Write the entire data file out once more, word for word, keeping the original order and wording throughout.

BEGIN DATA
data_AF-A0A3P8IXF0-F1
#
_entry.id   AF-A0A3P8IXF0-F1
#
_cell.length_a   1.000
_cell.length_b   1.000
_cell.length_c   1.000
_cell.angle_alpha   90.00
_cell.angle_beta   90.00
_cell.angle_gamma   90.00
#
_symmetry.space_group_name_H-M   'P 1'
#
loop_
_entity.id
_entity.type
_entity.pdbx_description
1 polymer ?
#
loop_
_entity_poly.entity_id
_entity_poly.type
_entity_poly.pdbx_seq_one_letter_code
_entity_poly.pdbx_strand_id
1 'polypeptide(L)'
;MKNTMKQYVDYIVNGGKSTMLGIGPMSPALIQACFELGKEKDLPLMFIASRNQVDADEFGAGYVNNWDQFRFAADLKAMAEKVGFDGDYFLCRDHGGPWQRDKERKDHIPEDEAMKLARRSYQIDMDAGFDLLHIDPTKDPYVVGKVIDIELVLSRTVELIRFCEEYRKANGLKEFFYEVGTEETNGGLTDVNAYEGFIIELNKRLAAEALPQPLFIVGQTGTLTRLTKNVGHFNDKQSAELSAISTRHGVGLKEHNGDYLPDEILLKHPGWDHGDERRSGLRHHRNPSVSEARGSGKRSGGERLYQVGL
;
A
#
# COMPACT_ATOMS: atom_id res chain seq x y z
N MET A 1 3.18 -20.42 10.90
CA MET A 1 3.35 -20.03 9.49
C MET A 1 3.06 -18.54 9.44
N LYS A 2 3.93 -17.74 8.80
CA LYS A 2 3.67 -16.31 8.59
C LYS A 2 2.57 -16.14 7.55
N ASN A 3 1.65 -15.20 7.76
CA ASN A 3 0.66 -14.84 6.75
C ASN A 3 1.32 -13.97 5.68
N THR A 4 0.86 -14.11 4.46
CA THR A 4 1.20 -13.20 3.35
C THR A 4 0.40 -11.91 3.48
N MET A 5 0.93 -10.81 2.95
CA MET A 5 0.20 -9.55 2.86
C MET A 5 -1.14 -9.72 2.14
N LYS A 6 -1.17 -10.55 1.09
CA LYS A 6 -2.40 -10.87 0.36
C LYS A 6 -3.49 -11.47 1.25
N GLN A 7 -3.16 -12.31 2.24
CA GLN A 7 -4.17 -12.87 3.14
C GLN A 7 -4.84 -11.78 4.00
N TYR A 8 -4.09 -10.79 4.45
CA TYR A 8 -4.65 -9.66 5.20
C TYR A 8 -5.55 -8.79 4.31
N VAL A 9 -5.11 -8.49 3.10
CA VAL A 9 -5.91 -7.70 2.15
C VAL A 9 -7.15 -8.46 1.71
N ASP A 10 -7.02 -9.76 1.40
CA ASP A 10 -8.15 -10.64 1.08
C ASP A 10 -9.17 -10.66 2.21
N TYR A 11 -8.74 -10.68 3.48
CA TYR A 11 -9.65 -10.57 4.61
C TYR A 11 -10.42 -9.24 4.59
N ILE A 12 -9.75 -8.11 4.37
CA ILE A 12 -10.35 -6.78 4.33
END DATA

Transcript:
data_AF-A0A3P8IXF0-F1
#
_entry.id   AF-A0A3P8IXF0-F1
#
_cell.length_a   1.000
_cell.length_b   1.000
_cell.length_c   1.000
_cell.angle_alpha   90.00
_cell.angle_beta   90.00
_cell.angle_gamma   90.00
#
_symmetry.space_group_name_H-M   'P 1'
#
loop_
_entity.id
_entity.type
_entity.pdbx_description
1 polymer ?
#
loop_
_entity_poly.entity_id
_entity_poly.type
_entity_poly.pdbx_seq_one_letter_code
_entity_poly.pdbx_strand_id
1 'polypeptide(L)'
;MKNTMKQYVDYIVNGGKSTMLGIGPMSPALIQACFELGKEKDLPLMFIASRNQVDADEFGAGYVNNWDQFRFAADLKAMAEKVGFDGDYFLCRDHGGPWQRDKERKDHIPEDEAMKLARRSYQIDMDAGFDLLHIDPTKDPYVVGKVIDIELVLSRTVELIRFCEEYRKANGLKEFFYEVGTEETNGGLTDVNAYEGFIIELNKRLAAEALPQPLFIVGQTGTLTRLTKNVGHFNDKQSAELSAISTRHGVGLKEHNGDYLPDEILLKHPGWDHGDERRSGLRHHRNPSVSEARGSGKRSGGERLYQVGL
;
A
#
# COMPACT_ATOMS: atom_id res chain seq x y z
N MET A 1 3.18 -20.42 10.90
CA MET A 1 3.35 -20.03 9.49
C MET A 1 3.06 -18.54 9.44
N LYS A 2 3.93 -17.74 8.80
CA LYS A 2 3.67 -16.31 8.59
C LYS A 2 2.57 -16.14 7.55
N ASN A 3 1.65 -15.20 7.76
CA ASN A 3 0.66 -14.84 6.75
C ASN A 3 1.32 -13.97 5.68
N THR A 4 0.86 -14.11 4.46
CA THR A 4 1.20 -13.20 3.35
C THR A 4 0.40 -11.91 3.48
N MET A 5 0.93 -10.81 2.95
CA MET A 5 0.20 -9.55 2.86
C MET A 5 -1.14 -9.72 2.14
N LYS A 6 -1.17 -10.55 1.09
CA LYS A 6 -2.40 -10.87 0.36
C LYS A 6 -3.49 -11.47 1.25
N GLN A 7 -3.16 -12.31 2.24
CA GLN A 7 -4.17 -12.87 3.14
C GLN A 7 -4.84 -11.78 4.00
N TYR A 8 -4.09 -10.79 4.45
CA TYR A 8 -4.65 -9.66 5.20
C TYR A 8 -5.55 -8.79 4.31
N VAL A 9 -5.11 -8.49 3.10
CA VAL A 9 -5.91 -7.70 2.15
C VAL A 9 -7.15 -8.46 1.71
N ASP A 10 -7.02 -9.76 1.40
CA ASP A 10 -8.15 -10.64 1.08
C ASP A 10 -9.17 -10.66 2.21
N TYR A 11 -8.74 -10.68 3.48
CA TYR A 11 -9.65 -10.57 4.61
C TYR A 11 -10.42 -9.24 4.59
N ILE A 12 -9.75 -8.11 4.37
CA ILE A 12 -10.35 -6.78 4.33